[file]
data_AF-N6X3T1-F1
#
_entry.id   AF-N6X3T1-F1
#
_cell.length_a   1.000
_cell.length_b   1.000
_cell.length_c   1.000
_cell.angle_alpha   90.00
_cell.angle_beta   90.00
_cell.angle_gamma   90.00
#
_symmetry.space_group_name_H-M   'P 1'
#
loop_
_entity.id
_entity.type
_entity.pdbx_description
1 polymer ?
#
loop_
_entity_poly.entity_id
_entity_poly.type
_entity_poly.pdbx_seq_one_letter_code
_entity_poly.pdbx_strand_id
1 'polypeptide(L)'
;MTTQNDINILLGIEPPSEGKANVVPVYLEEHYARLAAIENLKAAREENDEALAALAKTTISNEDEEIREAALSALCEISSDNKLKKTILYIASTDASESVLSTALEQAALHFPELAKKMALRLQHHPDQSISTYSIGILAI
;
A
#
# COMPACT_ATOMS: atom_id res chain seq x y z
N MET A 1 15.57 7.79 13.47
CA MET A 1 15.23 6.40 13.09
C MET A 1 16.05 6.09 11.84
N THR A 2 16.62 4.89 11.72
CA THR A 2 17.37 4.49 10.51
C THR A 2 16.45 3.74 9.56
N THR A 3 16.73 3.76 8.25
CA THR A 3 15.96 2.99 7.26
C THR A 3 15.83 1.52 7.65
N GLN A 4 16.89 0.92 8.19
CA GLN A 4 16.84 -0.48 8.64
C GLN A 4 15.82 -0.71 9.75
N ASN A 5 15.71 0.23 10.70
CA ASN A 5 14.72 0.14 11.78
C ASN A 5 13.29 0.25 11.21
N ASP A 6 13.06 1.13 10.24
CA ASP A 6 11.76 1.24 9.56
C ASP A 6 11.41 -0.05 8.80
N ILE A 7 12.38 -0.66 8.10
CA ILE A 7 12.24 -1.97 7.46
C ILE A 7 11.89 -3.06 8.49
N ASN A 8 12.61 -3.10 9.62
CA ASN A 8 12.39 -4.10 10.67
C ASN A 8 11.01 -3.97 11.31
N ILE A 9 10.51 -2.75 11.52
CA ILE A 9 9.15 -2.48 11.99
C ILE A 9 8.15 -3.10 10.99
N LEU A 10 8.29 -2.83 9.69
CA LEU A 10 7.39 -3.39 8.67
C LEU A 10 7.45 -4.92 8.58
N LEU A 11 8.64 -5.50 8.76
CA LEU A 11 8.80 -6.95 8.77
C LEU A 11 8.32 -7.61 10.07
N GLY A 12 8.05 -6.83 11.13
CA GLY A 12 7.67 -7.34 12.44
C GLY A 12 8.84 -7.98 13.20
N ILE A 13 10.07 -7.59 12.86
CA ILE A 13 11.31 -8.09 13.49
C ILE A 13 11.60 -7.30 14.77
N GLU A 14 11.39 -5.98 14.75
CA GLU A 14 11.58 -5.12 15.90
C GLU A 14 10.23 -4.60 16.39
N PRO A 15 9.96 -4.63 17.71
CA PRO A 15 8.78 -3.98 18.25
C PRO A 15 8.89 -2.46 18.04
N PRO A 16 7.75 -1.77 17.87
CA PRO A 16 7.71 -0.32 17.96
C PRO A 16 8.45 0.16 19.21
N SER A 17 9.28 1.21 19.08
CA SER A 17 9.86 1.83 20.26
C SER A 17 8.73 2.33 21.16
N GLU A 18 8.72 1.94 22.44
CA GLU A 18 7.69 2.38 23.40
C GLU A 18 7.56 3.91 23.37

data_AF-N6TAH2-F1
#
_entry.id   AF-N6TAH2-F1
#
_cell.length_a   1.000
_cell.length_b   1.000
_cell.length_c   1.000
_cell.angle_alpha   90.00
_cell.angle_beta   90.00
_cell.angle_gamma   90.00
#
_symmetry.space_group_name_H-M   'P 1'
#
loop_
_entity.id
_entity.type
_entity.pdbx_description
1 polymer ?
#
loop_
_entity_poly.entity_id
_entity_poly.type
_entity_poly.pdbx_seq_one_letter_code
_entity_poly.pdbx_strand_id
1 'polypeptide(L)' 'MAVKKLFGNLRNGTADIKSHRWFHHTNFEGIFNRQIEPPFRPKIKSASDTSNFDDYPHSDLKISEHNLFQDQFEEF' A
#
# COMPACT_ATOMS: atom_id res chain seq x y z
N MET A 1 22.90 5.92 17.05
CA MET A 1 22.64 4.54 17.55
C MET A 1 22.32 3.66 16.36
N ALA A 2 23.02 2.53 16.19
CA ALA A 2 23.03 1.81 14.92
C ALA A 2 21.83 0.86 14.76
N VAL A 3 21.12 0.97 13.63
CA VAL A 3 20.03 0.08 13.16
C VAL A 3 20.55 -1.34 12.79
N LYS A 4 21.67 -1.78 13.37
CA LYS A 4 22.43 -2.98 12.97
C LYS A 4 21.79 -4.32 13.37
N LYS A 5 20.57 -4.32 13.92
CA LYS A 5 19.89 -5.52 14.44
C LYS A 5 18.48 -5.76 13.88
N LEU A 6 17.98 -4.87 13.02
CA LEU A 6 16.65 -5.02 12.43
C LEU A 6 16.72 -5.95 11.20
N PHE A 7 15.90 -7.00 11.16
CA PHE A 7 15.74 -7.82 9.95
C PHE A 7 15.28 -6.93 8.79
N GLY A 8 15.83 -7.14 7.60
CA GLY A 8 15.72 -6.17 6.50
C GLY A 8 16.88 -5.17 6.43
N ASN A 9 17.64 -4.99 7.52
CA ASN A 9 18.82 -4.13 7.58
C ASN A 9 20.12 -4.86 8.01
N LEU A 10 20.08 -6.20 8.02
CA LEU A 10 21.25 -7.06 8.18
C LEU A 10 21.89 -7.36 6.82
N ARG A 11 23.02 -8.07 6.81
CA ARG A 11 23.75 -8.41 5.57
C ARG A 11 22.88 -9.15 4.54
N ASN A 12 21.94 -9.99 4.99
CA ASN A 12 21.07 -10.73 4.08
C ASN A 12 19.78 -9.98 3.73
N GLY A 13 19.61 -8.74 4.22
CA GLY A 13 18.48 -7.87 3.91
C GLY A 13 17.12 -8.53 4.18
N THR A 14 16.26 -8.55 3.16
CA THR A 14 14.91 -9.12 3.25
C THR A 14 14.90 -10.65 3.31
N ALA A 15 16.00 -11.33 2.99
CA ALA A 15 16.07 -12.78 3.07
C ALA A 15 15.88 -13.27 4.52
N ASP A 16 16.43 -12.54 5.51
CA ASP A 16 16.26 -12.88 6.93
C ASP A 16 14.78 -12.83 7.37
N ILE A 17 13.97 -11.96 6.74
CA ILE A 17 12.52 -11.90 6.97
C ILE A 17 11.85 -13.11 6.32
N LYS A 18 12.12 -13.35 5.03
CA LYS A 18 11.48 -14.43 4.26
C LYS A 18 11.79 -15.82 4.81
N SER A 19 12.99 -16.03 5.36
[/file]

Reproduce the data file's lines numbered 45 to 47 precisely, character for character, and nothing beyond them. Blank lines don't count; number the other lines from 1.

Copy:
C ASN A 5 13.29 0.25 11.21
N ASP A 6 13.06 1.13 10.24
CA ASP A 6 11.76 1.24 9.56